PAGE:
Still another object of this invention is the provision of a method for making absorbent alloy fibers from a mixture of viscose and alginate salts in which no special finishes and/or drying procedures are required.
As employed throughout the description and claims, the terminology "alloy fibers" refers to cellulose fibers having alkali metal salt alginates contained therein. Similarly, "fluid-holding capacity" is a measure of liquid absorbed into the fibers of a mass of alloy fibers, together with the liquid retained within the interstices of such fiber mass.
In accordance with the present invention, high fluid-holding alloy fibers are prepared by mixing an alkaline aqueous solution of an alkali metal alginate with a filament-forming viscose, shaping the mixture into fibers, coagulating and regenerating the shaped fibers and thereafter drying the same. Viscose constitutes the major portion of the mixture and the shaped alloy fibers are coagulated and regenerated by known means, and preferably in an acid bath containing sulfuric acid and sodium sulfate. Zinc sulfate is often incorporated in the bath as well as other coagulation modifiers, as desired. No special finishes and/or drying procedures are required to render the alloy fibers in a form which can be carded without difficulty.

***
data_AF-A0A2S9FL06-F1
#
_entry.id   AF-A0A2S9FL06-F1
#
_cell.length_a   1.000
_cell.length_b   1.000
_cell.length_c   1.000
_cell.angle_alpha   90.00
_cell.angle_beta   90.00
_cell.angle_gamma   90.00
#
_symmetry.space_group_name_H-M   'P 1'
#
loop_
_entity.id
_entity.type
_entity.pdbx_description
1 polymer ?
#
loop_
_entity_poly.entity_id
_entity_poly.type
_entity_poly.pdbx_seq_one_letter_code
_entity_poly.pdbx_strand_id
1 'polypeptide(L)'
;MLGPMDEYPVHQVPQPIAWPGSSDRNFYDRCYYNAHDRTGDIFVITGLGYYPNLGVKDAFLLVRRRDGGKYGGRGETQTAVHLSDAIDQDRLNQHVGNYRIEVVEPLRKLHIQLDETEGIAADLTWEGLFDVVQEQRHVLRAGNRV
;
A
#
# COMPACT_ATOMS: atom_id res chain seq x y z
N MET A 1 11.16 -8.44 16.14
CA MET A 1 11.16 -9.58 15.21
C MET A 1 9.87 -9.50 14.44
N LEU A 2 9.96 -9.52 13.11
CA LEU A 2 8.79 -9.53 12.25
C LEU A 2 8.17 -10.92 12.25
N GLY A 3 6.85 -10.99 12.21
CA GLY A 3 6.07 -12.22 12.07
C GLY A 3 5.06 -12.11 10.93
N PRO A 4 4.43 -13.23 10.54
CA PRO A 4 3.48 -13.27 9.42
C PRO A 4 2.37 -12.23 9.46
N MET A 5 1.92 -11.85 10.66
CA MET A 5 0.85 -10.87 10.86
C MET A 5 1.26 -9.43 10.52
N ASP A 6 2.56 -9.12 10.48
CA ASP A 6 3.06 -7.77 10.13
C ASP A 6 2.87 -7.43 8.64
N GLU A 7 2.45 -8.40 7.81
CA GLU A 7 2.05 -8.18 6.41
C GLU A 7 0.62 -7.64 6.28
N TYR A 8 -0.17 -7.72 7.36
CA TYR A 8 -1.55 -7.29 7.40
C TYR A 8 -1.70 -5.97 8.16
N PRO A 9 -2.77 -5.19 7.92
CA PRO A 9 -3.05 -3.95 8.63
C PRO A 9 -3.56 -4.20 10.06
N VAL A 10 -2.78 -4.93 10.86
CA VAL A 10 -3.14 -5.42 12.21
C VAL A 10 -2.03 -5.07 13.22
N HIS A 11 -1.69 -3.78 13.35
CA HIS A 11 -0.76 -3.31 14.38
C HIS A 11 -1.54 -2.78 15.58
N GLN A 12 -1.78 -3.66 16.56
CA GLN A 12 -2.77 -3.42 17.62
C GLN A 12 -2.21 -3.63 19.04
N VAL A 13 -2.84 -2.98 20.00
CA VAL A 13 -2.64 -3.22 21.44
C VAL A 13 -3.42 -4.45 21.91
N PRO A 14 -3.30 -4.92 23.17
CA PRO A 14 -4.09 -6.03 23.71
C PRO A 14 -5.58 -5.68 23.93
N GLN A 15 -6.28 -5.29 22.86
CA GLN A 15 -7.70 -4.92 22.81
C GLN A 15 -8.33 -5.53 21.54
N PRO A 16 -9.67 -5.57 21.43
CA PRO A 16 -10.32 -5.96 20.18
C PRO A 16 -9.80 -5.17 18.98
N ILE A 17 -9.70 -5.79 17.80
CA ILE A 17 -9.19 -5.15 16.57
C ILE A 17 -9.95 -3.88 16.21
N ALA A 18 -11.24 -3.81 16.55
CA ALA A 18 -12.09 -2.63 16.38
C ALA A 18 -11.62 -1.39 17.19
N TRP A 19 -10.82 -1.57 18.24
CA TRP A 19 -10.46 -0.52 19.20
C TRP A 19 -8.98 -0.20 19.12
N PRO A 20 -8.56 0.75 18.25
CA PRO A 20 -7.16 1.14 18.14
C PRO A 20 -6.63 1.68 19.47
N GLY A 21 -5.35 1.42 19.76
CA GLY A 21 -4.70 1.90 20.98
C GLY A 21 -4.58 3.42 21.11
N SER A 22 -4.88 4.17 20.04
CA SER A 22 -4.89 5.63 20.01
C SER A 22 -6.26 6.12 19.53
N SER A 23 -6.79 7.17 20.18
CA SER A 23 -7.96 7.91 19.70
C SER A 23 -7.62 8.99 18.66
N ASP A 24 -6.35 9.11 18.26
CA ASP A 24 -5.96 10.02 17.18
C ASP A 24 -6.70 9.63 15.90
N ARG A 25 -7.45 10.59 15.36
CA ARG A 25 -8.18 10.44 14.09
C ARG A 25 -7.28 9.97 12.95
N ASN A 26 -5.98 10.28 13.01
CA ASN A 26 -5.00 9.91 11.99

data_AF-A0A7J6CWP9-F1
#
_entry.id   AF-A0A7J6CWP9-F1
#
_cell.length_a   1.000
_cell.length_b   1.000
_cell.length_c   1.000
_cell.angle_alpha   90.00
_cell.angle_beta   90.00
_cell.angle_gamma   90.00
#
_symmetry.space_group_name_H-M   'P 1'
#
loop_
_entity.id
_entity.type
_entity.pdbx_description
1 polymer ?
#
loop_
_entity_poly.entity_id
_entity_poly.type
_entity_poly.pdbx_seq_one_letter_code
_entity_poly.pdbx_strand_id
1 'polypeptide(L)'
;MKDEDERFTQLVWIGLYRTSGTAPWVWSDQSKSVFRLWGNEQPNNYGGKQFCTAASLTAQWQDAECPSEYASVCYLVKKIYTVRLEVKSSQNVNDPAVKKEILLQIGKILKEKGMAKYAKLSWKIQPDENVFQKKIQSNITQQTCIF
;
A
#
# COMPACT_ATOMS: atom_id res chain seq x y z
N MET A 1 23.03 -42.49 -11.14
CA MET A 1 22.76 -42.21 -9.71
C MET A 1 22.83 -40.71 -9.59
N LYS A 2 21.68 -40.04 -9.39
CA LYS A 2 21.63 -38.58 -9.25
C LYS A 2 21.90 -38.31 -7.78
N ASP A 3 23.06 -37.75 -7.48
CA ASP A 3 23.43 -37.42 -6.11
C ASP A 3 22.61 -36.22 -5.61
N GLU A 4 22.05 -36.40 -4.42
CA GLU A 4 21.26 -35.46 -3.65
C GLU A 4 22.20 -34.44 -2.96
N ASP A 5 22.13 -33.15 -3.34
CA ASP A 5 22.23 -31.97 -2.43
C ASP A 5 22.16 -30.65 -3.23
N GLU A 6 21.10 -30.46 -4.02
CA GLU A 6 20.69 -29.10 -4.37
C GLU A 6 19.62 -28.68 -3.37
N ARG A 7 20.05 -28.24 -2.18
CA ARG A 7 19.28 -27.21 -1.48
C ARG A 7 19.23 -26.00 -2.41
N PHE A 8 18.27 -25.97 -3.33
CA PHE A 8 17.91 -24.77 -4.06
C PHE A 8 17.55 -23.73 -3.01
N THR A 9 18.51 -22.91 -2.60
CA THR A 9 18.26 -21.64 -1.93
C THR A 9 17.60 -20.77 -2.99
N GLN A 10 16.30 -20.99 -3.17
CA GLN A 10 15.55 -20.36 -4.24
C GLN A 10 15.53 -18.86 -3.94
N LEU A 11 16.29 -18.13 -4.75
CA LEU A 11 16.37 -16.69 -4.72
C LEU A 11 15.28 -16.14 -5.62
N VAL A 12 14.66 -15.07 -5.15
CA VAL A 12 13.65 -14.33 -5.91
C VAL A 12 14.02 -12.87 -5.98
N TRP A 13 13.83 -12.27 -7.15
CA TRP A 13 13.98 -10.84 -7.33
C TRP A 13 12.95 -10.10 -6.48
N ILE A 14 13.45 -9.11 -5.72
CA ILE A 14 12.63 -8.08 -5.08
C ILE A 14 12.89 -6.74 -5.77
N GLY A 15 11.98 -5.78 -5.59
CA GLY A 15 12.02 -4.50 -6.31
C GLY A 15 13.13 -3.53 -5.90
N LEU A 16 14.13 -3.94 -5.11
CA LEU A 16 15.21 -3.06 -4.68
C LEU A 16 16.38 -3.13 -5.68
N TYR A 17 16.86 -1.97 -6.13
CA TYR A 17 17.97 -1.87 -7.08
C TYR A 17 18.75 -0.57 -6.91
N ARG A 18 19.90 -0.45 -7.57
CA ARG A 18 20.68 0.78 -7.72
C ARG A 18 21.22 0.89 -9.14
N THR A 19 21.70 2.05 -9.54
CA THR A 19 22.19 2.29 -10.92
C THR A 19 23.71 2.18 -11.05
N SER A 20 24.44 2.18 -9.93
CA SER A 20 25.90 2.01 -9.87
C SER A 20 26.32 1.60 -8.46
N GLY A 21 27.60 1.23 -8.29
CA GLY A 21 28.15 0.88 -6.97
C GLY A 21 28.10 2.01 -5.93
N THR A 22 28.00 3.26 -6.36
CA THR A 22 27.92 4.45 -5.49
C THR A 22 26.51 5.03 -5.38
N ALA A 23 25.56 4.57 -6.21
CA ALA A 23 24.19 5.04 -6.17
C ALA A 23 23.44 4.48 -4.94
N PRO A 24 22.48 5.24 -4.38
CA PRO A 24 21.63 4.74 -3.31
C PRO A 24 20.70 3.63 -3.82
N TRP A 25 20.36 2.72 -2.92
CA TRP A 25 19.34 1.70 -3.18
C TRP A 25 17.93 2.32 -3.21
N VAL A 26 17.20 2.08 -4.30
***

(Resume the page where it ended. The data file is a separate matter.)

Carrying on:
The viscose which is employed in making the alloy fibers is, desirably, of a composition as is used in making conventional regenerated cellulose fibers. The composition of such viscose is well documented in the prior art and, in general, is produced by reacting alkali cellulose with carbon disulfide, with the resulting sodium cellulose xanthate being diluted with aqueous caustic to provide the resulting viscose with a desired cellulose and alkali content. Additives or modifiers may be mixed in the viscose, if desired.